- The Washington Times - Thursday, January 28, 2016

Australian prosecutors said on Thursday that a teenager from Melbourne discussed painting the symbol of the Islamic State terror group on a live kangaroo that would have been packed with plastic explosives and then unleashed on the police.

Sevdet Ramadan Besim, 19, pleaded not guilty in Melbourne Magistrates Court on Thursday to four charges related to an alleged terror attack investigators say he had planned to participate in last year on Anzac Day, a national day of remembrance.

Prosecutors claim Mr. Besim discussed his plans for wreaking havoc with other teenagers online and over the phone, and produced conversations in court on Thursday in which he discussed involving an exploding marsupial.

“The conversation continues with BESIM detailing what he did that day, and they have a general discussion around animals and wildlife in Australia including a suggestion that a kangaroo could be packed with C4 explosive, painted with the IS symbol and set loose on police officers,” reads an excerpt from evidence presented in court. IS refers to the Islamic State group, also known as ISIS or ISIL.

“Main thing I guess is that I send the dog to hell,” Mr. Besim allegedly added.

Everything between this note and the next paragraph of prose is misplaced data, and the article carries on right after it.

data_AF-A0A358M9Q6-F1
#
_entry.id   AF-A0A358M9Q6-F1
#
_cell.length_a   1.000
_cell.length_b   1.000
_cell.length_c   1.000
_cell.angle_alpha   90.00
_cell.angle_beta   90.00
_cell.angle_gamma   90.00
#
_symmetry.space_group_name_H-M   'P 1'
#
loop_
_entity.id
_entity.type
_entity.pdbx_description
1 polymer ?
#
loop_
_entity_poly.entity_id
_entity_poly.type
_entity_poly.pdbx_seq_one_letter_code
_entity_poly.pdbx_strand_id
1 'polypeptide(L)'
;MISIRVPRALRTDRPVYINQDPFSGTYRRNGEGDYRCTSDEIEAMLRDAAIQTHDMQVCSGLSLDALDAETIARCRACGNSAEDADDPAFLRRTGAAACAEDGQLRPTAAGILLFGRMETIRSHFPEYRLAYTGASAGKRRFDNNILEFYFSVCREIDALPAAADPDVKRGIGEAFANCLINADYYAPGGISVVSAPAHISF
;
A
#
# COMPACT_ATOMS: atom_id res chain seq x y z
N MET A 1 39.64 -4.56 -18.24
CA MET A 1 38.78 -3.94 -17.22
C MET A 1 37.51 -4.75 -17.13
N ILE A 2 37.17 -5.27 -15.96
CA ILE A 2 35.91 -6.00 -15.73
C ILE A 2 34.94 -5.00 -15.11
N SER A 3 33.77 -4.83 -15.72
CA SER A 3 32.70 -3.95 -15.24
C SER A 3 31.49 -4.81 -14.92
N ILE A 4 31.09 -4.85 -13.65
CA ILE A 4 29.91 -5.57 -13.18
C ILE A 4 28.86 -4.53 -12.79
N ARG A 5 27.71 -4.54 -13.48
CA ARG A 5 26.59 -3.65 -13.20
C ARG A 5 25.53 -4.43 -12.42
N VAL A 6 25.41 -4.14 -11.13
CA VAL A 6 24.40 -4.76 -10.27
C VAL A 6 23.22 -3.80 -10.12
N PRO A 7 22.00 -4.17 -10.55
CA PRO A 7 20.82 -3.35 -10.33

Additionally, prosecutors claim Mr. Besim hoped to either behead a cop or else run one over with an automobile.

Mr. Besim had been in police custody since last April when he and four others were arrested amid an investigation into the foiled Anzac Day attack. Federal Police Deputy Commissioner Michael Phelan said at the time that authorities had been monitoring the individuals, all teenagers, for several months before making the arrests.

“This is a new paradigm for police,” he said at the time. “These types of attacks that are planned are very rudimentary and simple. … All you need these days is a knife, a flag and a camera, and one can commit a terrorist act.”

Prosecutors had planned to charge Mr. Besim with a fifth count of conspiring to commit a terror act, but decided to drop the charge ahead of Thursday’s hearing.

• Andrew Blake can be reached at ablake@washingtontimes.com.

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